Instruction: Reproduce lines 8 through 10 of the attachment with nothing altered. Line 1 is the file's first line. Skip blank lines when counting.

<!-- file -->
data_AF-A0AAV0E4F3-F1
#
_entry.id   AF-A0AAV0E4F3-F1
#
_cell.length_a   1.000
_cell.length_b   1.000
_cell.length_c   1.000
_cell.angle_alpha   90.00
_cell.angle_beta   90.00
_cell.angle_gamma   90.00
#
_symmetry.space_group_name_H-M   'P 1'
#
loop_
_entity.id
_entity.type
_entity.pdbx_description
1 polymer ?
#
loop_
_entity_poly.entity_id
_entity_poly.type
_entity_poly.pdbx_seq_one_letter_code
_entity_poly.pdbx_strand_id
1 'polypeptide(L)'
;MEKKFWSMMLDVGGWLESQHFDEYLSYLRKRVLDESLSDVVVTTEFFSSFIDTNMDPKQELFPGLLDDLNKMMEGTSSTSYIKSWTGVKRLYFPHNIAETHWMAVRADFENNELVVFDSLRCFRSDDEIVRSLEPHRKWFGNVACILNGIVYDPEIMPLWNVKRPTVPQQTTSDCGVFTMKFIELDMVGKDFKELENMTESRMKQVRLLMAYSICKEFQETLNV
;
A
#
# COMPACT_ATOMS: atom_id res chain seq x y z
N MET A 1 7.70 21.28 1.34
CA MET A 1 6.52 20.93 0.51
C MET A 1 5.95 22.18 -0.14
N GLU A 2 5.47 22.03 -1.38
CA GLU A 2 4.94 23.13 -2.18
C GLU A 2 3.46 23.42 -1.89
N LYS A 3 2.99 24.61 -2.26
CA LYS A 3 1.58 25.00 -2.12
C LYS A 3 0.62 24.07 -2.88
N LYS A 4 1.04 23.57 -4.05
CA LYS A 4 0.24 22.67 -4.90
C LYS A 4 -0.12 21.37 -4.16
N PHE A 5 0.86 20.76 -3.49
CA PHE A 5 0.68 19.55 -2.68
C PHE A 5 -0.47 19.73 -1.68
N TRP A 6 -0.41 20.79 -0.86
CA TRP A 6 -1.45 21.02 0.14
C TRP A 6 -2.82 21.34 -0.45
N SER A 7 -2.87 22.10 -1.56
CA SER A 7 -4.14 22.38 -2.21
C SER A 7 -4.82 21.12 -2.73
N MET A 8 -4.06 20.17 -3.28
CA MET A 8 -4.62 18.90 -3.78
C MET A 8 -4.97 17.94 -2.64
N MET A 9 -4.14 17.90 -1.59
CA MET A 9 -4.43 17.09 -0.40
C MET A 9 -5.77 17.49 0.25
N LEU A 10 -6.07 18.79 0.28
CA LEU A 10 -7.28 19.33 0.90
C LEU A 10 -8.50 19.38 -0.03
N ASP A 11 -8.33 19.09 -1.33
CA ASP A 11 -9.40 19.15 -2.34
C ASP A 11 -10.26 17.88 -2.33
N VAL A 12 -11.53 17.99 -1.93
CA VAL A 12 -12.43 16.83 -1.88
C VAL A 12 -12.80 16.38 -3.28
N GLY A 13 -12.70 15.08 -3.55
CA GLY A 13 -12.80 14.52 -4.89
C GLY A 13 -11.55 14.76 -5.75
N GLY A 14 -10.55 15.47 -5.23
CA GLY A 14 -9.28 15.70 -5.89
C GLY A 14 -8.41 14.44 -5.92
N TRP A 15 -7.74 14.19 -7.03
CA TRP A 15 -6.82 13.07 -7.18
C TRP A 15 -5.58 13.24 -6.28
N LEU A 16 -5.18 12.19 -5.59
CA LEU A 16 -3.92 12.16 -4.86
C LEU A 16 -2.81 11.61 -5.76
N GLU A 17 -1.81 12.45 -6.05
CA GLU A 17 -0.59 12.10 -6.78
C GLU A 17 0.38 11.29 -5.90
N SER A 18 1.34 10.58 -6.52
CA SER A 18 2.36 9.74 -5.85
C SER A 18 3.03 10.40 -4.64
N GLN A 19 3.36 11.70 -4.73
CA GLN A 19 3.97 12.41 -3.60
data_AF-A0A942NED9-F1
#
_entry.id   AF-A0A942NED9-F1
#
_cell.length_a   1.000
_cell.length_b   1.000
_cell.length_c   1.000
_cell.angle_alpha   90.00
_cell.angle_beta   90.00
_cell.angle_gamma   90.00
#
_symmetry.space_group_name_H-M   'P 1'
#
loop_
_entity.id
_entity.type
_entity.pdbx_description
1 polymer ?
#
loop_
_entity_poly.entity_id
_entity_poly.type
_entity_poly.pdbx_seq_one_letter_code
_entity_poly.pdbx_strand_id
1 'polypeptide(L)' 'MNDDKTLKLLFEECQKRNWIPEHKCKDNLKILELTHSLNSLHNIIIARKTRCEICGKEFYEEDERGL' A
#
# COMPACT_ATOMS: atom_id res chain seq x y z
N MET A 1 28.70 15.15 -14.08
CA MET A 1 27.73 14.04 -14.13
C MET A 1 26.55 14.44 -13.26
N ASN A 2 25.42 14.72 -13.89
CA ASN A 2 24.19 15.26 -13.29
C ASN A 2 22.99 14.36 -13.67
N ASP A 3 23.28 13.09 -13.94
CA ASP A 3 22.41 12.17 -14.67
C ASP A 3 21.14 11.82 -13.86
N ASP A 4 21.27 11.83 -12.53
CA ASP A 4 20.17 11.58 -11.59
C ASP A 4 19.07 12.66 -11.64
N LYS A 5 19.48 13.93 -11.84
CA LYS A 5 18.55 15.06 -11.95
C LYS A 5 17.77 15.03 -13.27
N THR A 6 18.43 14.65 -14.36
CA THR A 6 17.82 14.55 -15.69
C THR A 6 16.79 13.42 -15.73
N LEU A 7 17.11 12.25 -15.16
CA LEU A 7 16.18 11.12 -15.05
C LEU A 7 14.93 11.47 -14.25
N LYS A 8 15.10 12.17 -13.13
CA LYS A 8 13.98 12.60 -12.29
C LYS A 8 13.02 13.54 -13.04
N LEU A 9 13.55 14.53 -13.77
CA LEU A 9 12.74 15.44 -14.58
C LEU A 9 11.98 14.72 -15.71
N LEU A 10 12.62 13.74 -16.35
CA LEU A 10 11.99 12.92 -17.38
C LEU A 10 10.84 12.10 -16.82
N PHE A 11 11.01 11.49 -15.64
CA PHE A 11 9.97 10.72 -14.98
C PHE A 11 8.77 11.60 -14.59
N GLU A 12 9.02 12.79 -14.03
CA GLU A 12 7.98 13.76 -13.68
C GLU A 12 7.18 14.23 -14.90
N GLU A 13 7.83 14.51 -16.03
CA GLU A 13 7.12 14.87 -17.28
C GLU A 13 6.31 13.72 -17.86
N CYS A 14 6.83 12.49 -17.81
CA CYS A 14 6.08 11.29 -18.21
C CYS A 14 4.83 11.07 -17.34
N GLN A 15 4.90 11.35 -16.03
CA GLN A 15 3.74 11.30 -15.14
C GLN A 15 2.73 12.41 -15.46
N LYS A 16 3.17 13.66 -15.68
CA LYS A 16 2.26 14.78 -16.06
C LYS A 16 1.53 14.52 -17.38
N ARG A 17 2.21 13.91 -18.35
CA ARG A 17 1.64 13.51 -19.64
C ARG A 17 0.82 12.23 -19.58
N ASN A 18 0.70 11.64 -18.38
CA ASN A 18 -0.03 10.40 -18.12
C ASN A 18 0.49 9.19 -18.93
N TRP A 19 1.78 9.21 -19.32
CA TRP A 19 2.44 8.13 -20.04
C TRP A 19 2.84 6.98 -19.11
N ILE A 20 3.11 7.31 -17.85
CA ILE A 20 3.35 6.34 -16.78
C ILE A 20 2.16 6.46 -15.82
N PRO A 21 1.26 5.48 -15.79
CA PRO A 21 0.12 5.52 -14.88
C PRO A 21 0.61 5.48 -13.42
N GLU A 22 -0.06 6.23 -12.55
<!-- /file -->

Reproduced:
_cell.angle_alpha   90.00
_cell.angle_beta   90.00
_cell.angle_gamma   90.00